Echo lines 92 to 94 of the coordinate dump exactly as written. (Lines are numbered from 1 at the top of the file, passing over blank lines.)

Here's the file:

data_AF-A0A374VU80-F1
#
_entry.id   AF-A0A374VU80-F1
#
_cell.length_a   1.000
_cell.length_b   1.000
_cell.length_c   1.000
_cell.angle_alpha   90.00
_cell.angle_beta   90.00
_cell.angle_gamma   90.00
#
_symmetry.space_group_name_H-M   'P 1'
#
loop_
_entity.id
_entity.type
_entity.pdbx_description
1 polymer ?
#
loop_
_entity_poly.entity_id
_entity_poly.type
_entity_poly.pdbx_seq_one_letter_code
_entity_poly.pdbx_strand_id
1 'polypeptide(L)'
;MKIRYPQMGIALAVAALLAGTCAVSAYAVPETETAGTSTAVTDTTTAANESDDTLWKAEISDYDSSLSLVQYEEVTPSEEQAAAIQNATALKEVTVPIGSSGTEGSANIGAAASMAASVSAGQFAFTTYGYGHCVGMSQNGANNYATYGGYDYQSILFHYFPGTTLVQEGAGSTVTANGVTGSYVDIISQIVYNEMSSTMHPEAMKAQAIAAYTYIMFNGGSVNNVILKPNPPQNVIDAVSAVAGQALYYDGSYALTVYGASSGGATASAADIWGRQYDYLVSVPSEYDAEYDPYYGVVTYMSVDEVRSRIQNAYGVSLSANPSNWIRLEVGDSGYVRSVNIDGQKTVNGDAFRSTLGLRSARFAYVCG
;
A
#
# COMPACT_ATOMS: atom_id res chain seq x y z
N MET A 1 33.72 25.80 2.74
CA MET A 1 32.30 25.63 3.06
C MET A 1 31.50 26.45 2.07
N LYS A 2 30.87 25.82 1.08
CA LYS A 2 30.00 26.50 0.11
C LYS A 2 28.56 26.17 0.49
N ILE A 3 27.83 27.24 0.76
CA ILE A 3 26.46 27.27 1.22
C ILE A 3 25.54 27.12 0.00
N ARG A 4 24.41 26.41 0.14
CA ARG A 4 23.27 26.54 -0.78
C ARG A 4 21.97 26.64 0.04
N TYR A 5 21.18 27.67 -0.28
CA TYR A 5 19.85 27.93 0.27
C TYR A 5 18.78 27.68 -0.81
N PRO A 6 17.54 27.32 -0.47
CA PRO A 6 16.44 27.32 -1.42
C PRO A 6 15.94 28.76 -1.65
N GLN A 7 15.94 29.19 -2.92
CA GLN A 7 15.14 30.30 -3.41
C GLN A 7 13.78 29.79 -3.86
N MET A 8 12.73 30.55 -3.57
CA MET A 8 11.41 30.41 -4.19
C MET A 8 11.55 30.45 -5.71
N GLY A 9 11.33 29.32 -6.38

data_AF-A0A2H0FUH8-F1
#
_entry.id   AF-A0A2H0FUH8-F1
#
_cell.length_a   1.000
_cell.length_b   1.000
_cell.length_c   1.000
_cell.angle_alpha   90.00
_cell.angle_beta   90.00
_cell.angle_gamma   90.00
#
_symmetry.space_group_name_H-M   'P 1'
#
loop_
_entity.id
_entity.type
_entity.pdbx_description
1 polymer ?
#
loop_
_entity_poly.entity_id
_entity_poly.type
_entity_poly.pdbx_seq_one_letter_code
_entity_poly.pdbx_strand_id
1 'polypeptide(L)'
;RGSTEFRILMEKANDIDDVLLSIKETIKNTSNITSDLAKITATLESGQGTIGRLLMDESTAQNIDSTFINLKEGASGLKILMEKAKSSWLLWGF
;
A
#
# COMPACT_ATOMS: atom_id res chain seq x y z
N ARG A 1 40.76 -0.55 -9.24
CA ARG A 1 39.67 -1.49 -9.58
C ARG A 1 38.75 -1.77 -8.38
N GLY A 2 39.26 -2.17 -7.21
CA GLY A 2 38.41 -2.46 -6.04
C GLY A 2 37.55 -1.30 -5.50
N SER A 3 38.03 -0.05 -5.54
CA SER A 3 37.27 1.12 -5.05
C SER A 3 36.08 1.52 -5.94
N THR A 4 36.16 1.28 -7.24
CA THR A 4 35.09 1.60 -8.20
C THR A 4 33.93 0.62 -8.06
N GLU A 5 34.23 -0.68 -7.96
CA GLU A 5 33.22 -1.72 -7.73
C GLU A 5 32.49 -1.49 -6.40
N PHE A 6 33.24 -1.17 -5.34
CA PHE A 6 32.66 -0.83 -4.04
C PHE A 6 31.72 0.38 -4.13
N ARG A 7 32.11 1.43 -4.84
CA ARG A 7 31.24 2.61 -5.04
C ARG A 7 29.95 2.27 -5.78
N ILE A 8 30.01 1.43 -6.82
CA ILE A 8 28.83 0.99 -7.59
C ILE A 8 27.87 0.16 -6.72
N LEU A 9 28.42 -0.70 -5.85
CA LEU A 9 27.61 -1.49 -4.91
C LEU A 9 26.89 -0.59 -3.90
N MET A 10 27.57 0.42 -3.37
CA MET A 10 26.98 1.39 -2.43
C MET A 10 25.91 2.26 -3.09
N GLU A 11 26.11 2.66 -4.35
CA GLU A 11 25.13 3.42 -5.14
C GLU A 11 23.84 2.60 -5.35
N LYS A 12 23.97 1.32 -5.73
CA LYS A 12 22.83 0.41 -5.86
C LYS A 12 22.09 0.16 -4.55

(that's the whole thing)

N SER A 3 38.03 -0.05 -5.54
CA SER A 3 37.27 1.12 -5.05
C SER A 3 36.08 1.52 -5.94